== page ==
Mammograms & Ultrasounds - Diagnostic Screenings
Mammograms - Breast Cancer Screening and Early Detection
The American Cancer Society recommends that women have an annual mammogram, starting at age 40, to screen for breast cancer. Mammograms can detect many other features than breast cancer, and 80% of all breast masses are benign. Learn more about mammograms here.
Breast Health: Mammograms, Clinical Exams and Self-Exams
You have three important ways to maintain breast health and monitor changes: Mammograms, clinical exams, and breast self-exams. Knowing how and when you need to use them makes these tools more effective.
Having a Mammogram
You can prepare for a mammogram by keeping good medical records, dressing right, staying calm, and knowing what to expect. Here's what to expect and how to get ready.
Mammogram Views for Routine and Diagnostic Screening
A mammogram is the most important screening tool for breast cancer. The American Cancer Society recommends that women 40 years old and over have an annual mammogram. What are the most common views taken during a routine mammogram? Why is more than one view needed? How does that compression help with the image? Read more to find out why you...
Understanding Your Mammogram Report
Understanding your mammogram report is important, whether it says “no sign of cancer” or it indicates that changes have occurred which need follow-up. Your mammogram report will have several kinds of information on it, much of it expressed in medical terms. Discuss your results with your doctor to make sure you understand what it means for your breast health.
Mammogram Markers - Getting a Clearer Picture
Mammogram markers can cut down on additional views and callbacks. These pinpoint known features in the breast.
Mammogram Images, Descriptions and Details
Mammogram Images, Descriptions and Details - What shows up on your mammogram, and what does it look like? See what benign and malignant masses look like on a mammogram. Learn why mammograms help with early detection and screening for breast cancer.
Breast Calcifications On Your Mammogram
Calcifications are one feature that can show up on your mammogram. They are not breast cancer, and they don't always mean trouble. Find out what the two kinds of calcifications are and what they mean for you.
Breast cysts are very common in perimonopausal women and are not usually associated with breast cancer, but they can show up on your mammogram. Read about cysts and what they mean for you.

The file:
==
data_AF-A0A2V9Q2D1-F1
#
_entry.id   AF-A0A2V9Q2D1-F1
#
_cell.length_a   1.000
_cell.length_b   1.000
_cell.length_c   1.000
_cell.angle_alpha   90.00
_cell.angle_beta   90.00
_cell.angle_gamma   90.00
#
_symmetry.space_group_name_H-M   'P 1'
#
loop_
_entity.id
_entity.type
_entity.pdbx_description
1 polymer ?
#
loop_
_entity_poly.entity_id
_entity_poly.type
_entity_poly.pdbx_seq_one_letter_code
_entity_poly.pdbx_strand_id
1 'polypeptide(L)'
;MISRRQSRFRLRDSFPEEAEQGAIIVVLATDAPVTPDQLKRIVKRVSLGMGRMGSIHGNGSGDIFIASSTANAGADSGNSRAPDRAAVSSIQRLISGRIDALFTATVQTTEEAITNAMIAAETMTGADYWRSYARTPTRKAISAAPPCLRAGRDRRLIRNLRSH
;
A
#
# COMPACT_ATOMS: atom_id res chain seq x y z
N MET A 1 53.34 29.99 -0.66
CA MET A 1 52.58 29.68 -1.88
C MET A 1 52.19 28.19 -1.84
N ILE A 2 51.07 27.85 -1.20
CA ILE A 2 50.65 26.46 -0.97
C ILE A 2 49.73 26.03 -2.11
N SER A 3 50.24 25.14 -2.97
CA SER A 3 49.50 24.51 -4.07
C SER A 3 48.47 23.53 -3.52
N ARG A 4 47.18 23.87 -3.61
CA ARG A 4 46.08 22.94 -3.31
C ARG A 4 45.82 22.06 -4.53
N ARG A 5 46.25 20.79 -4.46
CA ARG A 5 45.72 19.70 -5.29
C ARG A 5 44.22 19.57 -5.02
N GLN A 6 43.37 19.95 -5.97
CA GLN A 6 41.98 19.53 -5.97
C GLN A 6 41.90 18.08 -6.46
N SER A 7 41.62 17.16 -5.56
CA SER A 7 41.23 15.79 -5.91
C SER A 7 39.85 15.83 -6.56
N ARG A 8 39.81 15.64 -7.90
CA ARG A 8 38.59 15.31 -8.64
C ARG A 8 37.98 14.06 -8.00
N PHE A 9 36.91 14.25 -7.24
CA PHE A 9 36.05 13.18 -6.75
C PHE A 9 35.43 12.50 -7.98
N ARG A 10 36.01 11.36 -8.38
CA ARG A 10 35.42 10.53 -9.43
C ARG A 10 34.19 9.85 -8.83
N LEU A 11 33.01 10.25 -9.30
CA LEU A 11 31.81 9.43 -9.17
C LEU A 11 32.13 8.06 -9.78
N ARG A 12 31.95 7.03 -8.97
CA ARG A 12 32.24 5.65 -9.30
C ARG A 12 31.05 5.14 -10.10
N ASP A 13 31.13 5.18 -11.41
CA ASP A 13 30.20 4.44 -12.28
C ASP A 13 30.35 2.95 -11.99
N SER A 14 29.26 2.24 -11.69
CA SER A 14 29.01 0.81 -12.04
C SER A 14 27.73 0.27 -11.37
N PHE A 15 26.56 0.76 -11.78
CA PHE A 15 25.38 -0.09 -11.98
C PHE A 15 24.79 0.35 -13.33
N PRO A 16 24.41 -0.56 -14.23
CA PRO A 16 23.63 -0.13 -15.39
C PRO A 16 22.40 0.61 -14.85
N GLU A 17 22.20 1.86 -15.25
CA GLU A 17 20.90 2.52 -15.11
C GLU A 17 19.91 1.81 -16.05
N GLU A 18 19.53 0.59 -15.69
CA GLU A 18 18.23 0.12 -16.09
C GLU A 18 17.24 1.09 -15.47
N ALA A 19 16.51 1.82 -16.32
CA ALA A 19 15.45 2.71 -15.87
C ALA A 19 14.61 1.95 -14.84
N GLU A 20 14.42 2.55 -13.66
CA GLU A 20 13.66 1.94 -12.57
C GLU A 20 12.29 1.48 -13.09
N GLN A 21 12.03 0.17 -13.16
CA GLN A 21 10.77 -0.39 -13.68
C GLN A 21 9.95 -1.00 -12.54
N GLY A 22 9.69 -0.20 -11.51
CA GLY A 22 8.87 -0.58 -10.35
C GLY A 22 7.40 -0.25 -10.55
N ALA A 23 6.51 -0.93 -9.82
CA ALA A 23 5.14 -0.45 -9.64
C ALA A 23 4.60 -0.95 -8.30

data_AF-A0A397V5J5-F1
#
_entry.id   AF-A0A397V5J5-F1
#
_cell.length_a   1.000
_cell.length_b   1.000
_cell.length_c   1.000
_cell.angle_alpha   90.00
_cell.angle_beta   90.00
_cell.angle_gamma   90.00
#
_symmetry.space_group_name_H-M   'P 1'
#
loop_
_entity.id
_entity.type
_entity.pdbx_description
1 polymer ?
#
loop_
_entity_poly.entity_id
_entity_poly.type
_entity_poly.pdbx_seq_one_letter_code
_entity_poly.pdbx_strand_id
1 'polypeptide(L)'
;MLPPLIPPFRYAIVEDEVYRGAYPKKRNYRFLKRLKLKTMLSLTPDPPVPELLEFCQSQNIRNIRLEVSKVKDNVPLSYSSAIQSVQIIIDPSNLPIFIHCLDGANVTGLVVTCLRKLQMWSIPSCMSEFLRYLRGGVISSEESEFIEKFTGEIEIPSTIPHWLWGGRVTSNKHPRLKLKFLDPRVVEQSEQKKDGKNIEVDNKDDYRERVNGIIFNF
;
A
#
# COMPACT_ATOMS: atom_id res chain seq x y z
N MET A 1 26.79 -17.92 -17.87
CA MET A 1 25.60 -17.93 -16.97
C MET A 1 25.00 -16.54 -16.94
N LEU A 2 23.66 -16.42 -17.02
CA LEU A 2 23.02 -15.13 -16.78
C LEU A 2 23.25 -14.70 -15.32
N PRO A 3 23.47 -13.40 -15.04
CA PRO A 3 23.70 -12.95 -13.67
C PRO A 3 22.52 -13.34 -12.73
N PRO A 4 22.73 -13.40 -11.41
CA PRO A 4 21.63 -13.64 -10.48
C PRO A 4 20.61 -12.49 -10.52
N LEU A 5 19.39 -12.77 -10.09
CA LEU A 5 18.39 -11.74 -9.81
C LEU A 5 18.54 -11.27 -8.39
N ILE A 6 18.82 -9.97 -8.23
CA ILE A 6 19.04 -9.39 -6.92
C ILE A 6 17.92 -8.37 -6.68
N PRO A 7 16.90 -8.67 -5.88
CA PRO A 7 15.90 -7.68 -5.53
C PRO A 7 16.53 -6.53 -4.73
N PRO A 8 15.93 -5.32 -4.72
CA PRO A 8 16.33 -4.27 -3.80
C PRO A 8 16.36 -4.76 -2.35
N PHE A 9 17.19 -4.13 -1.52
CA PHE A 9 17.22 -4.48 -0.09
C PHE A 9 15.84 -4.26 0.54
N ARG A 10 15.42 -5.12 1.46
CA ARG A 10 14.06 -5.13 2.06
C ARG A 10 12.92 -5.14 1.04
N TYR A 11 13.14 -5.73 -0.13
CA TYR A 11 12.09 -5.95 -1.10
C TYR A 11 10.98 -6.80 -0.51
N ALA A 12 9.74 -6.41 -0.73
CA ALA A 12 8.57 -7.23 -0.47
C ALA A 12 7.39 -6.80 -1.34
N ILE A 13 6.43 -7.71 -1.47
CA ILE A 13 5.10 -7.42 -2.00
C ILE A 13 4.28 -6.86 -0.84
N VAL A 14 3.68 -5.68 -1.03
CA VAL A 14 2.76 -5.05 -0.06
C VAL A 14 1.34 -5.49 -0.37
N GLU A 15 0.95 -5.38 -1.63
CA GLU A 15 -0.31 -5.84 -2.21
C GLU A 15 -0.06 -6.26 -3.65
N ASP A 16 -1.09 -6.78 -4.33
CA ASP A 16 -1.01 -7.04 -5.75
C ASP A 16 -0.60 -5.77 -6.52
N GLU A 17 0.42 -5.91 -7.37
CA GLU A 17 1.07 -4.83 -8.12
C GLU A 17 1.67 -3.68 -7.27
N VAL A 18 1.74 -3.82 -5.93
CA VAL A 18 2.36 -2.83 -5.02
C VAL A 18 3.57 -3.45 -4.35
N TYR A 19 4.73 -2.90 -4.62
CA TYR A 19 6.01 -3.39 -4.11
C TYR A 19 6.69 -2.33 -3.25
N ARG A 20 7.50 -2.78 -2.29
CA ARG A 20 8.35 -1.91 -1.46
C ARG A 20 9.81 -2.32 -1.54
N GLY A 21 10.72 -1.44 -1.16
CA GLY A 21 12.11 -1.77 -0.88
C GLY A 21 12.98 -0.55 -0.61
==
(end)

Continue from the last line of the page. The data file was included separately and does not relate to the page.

Fibroadenomas are one of the findings that can be seen on your mammogram. They are benign (not cancerous) breast tumors that are made of glandular and fibrous breast tissue. Read more to find out what you should do, if you think you have one.
Breast hematomas are usually benign, but can look like tumors on a mammogram. Here's what you need to know if a hematoma shows up on your mammogram.
Pseudolumps: Other Benign Breast Lumps
Most benign (non-cancerous) breast lumps are cysts or fibroadenomas. But what if you have an unexplained breast lump? It could be due to scar tissue, radiation, compressed tissue, or old silicone. These kinds of lumps are sometimes called pseudolumps. Learn more about breast pseudolumps.
Breast Cancer Tumors: What Are They?
If a dense white mass with an irregular outline appears on your mammogram, it may be a malignant tumor. Read more to find out what a tumor feels like, and how to get it tested for an accurate diagnosis.
Mammography and Breast MRIs Compared
Mammograms and Breast MRIs (Magnetic Resonance Imaging) are diagnostic screening tests. These imaging systems are used for screening and detecting breast conditions, including breast cancer. Would you benefit from either of these tests?
Mammograms – Benefits, Drawbacks, and Myths
Your annual screening mammogram comes with some discomfort, but also gives you medical benefits. Learn about the benefits, drawbacks, and some myths about mammograms.
Stereoscopic Digital Mammograms – Three-Dimensional Breast …
Stereoscopic digital mammography (SDM) uses a pair of digital mammograms, taken from slightly different angles, to create a three-dimensional image of the internal structure of each breast. The resulting stereo image reveals more detail within the breast tissue than a standard two-dimensional mammogram, so much so that this method may reduce false positives by half.
Digital Mammography Compares Well With Film Mammography
Digital mammography compares well with film mammography -- both use x-rays to take images of your breast. This is an effective way to screen for breast cancer. Women who are under 50, premenopausal, and have dense breast tissue will benefit the most from digital mammograms.